It’s a compulsion he continues to explore through Snarkitecture, the design practice he created with architect Alex Mustonen in 2007, which blurs the boundaries between art and architecture through interactive installations, products and retail spaces. They’ve created giant bouncy ball playgrounds, filled art spaces with large lollipop-like lights and, more recently, designed a new Parisian store, complete with a Nike-trainer chandelier, for the streetwear label Kith. “When it comes to controlling experience, architecture is one of the most influential arts,” he says. “It’s the most lasting human gesture.”

However enduring, a single medium has never been enough to sate Arsham’s creative curiosities. Traversing film, music video, performance, set design and fashion, his career has been demarcated by periods of intense obsession. Following a trip to Easter Island for a Louis Vuitton travel book in 2010, he began casting ordinary objects – anything from eBay-sourced Polaroid cameras to Pharrell Williams’s childhood Casio MT-500 keyboard – in volcanic ash, plaster and resin. Elevating these everyday items to the status of archeological finds or “Future Relics”, he quickly amassed enough crumbling casts to fill a 25ft man-made chasm in the floor of Locust Projects, an art space in Miami. Last year, Arsham collaborated with Kim Jones on the Dior Men’s summer 2020 collection, meticulously orchestrating the scenography, along with a series of his Future Relics inspired by the house.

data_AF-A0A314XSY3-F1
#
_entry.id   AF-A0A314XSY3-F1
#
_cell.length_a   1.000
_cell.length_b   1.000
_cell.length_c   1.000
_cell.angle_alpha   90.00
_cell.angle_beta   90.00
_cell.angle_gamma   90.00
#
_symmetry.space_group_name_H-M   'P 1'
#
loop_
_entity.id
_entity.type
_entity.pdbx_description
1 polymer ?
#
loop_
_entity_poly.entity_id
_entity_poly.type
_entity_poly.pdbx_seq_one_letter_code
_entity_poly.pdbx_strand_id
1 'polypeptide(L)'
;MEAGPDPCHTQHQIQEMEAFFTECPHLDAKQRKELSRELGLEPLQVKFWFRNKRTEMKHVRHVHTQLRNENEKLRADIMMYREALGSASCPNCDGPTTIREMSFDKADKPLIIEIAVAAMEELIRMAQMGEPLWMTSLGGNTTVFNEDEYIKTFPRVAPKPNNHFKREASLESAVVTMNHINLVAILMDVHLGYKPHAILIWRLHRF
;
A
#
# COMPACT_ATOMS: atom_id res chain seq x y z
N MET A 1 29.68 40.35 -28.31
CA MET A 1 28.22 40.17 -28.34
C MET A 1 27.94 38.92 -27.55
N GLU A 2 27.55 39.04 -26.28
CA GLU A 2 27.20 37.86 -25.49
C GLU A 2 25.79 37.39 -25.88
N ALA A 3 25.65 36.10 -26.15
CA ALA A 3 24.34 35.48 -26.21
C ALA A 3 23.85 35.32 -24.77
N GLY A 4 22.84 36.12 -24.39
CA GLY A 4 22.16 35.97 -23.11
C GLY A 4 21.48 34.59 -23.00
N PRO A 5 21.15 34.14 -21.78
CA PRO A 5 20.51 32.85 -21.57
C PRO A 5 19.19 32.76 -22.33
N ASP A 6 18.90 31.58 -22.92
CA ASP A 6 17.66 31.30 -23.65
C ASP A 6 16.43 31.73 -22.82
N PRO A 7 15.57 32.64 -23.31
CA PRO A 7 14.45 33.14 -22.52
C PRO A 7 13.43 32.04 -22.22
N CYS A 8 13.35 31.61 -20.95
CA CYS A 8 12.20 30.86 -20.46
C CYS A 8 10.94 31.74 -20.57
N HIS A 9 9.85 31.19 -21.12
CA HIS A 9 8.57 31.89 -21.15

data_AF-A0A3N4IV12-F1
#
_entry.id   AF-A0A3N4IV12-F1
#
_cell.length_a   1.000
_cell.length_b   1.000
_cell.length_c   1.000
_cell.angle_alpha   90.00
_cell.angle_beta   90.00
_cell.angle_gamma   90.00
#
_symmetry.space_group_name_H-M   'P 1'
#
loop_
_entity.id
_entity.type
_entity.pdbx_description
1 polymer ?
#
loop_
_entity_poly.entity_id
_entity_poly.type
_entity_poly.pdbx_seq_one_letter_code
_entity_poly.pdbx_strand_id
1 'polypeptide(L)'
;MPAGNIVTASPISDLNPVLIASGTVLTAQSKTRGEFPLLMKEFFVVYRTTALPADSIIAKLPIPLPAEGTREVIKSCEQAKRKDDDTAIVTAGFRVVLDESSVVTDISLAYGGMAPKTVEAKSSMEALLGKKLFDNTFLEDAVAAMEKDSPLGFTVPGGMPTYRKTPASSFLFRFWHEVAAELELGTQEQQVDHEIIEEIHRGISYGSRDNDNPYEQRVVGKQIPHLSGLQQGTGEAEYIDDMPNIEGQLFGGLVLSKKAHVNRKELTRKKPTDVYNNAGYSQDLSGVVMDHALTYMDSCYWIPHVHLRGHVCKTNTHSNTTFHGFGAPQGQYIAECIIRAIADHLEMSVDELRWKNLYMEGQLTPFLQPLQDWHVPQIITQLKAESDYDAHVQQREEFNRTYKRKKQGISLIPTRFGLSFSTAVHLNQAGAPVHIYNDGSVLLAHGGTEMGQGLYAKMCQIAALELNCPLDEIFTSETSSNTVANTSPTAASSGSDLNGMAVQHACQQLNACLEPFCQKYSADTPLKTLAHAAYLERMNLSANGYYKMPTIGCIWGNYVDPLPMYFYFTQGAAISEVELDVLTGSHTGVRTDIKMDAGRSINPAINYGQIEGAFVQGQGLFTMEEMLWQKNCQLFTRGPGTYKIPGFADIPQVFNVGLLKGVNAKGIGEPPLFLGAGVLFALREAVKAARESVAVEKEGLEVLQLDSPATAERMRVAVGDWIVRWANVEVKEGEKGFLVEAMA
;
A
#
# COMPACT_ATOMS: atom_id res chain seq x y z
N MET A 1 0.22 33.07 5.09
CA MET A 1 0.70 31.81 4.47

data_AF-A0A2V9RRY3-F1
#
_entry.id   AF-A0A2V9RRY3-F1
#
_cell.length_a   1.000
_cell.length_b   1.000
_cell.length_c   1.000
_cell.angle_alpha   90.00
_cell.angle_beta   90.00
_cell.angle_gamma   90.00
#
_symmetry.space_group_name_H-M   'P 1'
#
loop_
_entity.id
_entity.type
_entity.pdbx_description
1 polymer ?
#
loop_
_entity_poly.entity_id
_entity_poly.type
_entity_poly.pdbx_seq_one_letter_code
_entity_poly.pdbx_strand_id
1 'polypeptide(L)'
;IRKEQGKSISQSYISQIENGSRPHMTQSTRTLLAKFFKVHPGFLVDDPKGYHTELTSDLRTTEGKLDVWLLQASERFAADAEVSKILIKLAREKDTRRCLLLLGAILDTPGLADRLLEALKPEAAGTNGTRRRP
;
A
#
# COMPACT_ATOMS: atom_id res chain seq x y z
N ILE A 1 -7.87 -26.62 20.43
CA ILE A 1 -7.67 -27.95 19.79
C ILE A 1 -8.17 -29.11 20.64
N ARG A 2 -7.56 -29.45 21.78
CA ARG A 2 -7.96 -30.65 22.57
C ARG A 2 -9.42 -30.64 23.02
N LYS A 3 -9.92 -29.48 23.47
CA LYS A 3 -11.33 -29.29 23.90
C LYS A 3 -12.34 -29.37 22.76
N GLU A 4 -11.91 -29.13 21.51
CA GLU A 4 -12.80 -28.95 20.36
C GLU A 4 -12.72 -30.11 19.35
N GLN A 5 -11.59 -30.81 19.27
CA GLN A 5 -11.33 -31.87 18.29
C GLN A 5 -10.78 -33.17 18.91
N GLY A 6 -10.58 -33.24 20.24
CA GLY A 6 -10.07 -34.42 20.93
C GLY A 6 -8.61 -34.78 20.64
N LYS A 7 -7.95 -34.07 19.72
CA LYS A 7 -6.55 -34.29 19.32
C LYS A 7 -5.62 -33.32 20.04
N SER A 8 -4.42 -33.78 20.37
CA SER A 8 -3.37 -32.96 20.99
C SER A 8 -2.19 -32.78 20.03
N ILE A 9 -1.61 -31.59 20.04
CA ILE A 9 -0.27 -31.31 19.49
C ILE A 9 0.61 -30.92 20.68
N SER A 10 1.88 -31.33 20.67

Arsham’s fictional archeology also mines the ancient past. After accessing the Réunion des Musées Nationaux, the centuries-old moulding studio that creates reproductions of classical museum masterpieces, he began forging eroded, crystal-embellished iterations of everything from the Venus de Milo to Michelangelo’s Moses. But while he might dip into the past, he remains future-focused: the theme of reformation and decay that these works explore is being investigated in the non-physical world too, through evolving digital sculptures connected to non-fungible tokens (NFTs), the latest of which won’t reach its apex until 2094. This shift into NFTs is kind of a metaphor for Arsham’s output: unique, futuristic, non-fungible. 

Unearthed is on until 24 October at König Galerie, St Agnes, Alexandrinenstrasse 118-121, Berlin; Eroded Summer is on from 16-17 October at The Whiteley Gallery, 31 St Petersburgh Place, London